apothecary


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pharmacist

 [fahr´mah-sist]
a person licensed to prepare, compound, and dispense drugs upon written order (prescription) from a licensed practitioner such as a physician, dentist, or advanced practice nurse. A pharmacist is a health care professional who cooperates with, consults with, and sometimes advises the licensed practitioner concerning drugs.

For a licensed pharmacist, five years of education is a minimum, and some curricula require six years. This gives the pharmacist advanced knowledge of the chemical and physical properties of drugs and their available dosage forms, and he or she is thus qualified to play a key role in supplying information about drugs (both prescription and over-the-counter) to patients—those to whom such information is most important. Since the pharmacist may be the last health care professional to communicate with the patient or a significant other before the medication is taken, he or she is therefore in an ideal position to discuss the drug with those concerned. The discussion may include any side effects associated with the drug, its stability under various conditions, its toxicity, its dosage, and its route of administration, all of which may be reassuring to the patient and be of benefit in helping insure patient compliance with the drug regimen.

a·poth·e·car·y

(ă-poth'ĕ-kār-ē),
Obsolescent term for pharmacist or druggist.
[G. apothēkē, a barn, storehouse, fr. apo, from, + thēkē, a box]

apothecary

/apoth·e·cary/ (ah-poth´ĕ-kar″e) pharmacist.

apothecary

(ə-pŏth′ĭ-kĕr′ē)
n. pl. apothecar·ies
1. One that prepares and sells drugs and other medicines; a pharmacist.
2. See pharmacy.

apothecary

[əpoth′əker′ē]
Etymology: Gk, apotheke, store

apothecary

A long-obsolete term for:
(1) Pharmacist, chemist (British), druggist;
(2) Pharmacy, chemist (place).

apothecary

An old-fashioned term for a pharmaceutical chemist. Apothecaries used to prepare their own medicines but this practice has now largely died out.

apothecary,

n precursor to the present-day pharmacy.

apothecary

a pharmacist; a person who compounds and dispenses drugs.
References in classic literature ?
He tried to reason himself out of fears, which the different judgment of the apothecary seemed to render absurd; but the many hours of each day in which he was left entirely alone, were but too favourable for the admission of every melancholy idea, and he could not expel from his mind the persuasion that he should see Marianne no more.
It was then about twelve o'clock, and she returned to her sister's apartment to wait for the arrival of the apothecary, and to watch by her the rest of the night.
The apothecary from Poitiers kept the marquis along through the day, and we waited for the other doctor from Paris, who, as I told you, had been staying at Fleurieres.
Ay; but my sober imagination does not often play such tricks," said Baglioni; "and, were I to fancy any kind of odor, it would be that of some vile apothecary drug, wherewith my fingers are likely enough to be imbued.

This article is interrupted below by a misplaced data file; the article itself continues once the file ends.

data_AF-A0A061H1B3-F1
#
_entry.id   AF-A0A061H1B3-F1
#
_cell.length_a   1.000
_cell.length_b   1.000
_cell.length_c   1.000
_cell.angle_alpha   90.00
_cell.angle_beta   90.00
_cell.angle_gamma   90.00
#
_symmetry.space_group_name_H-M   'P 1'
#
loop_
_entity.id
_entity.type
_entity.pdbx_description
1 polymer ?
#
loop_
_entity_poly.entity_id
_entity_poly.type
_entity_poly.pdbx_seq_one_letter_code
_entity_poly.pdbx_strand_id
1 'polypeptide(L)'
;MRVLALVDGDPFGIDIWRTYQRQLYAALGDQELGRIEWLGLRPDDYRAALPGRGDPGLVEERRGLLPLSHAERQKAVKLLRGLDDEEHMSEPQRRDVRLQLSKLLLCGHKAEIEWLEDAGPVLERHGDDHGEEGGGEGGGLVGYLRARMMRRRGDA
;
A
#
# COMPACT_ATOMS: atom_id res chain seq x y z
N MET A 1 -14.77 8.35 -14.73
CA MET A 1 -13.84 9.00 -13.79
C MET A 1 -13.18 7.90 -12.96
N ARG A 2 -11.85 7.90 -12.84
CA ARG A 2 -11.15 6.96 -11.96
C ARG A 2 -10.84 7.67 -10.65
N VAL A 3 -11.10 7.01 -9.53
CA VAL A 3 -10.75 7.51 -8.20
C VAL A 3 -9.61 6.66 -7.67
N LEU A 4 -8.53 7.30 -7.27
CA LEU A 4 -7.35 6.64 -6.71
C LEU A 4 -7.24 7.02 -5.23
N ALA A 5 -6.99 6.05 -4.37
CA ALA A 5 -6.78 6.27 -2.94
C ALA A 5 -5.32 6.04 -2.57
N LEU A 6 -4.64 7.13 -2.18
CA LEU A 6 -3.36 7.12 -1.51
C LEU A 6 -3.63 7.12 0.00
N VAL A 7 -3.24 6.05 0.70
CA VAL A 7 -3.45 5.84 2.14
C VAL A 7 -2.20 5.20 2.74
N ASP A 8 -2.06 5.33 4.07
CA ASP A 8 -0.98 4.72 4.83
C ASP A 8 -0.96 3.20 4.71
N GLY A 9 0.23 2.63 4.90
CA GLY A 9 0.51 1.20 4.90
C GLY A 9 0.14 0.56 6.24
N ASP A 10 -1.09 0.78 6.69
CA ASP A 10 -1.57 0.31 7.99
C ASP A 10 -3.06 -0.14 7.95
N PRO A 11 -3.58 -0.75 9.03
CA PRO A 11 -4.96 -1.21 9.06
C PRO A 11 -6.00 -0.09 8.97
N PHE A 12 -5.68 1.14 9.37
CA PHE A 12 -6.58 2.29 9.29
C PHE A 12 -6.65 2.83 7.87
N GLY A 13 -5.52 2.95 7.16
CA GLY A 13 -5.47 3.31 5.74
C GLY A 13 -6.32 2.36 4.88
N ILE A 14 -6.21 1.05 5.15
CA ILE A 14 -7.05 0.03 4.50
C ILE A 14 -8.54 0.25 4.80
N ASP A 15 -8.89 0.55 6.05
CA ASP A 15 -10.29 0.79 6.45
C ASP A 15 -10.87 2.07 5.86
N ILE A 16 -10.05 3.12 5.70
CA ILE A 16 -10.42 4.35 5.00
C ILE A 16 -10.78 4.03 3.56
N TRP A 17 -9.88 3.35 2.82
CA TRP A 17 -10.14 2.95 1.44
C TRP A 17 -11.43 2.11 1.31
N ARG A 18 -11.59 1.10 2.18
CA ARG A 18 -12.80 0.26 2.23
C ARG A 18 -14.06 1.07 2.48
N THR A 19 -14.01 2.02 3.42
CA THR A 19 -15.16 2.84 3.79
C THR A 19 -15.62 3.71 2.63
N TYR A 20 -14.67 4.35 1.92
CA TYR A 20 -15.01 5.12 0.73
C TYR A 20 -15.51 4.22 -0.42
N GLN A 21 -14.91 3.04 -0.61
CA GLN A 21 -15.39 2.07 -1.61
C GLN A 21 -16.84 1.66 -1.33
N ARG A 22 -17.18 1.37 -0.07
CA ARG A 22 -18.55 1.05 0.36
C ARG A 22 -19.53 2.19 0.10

It was an afternoon of distress, and Anne had every thing to do at once; the apothecary to send for, the father to have pursued and informed, the mother to support and keep from hysterics, the servants to control, the youngest child to banish, and the poor suffering one to attend and soothe; besides sending, as soon as she recollected it, proper notice to the other house, which brought her an accession rather of frightened, enquiring companions, than of very useful assistants.
Her brother's return was the first comfort; he could take best care of his wife; and the second blessing was the arrival of the apothecary.
I learned from an old apothecary in the village that there was a bald man in evening dress, giving the name of Green, who came to him one night to have a three-cornered cut on his forehead plastered.
Had Juliet so seen her love tokens dishonoured the sooner would she have sought the lethean herbs of the good apothecary.
But he was always exceedingly communicative in a man's party, and has told this delightful tale many scores of times to his apothecary, Dr.
They put it into a bed and rubbed it, and Daniel went to the town for an apothecary, but life was quite gone.
On being excluded, the old ladies changed their tone, and cried through the keyhole that old Sally was drunk; which, indeed, was not unlikely; since, in addition to a moderate dose of opium prescribed by the apothecary, she was labouring under the effects of a final taste of gin-and-water which had been privily administered, in the openness of their hearts, by the worthy old ladies themselves.
The California launch was made possible by a renegotiation of the Cannabis Science agreement with Apothecary Genetics Investments LLC.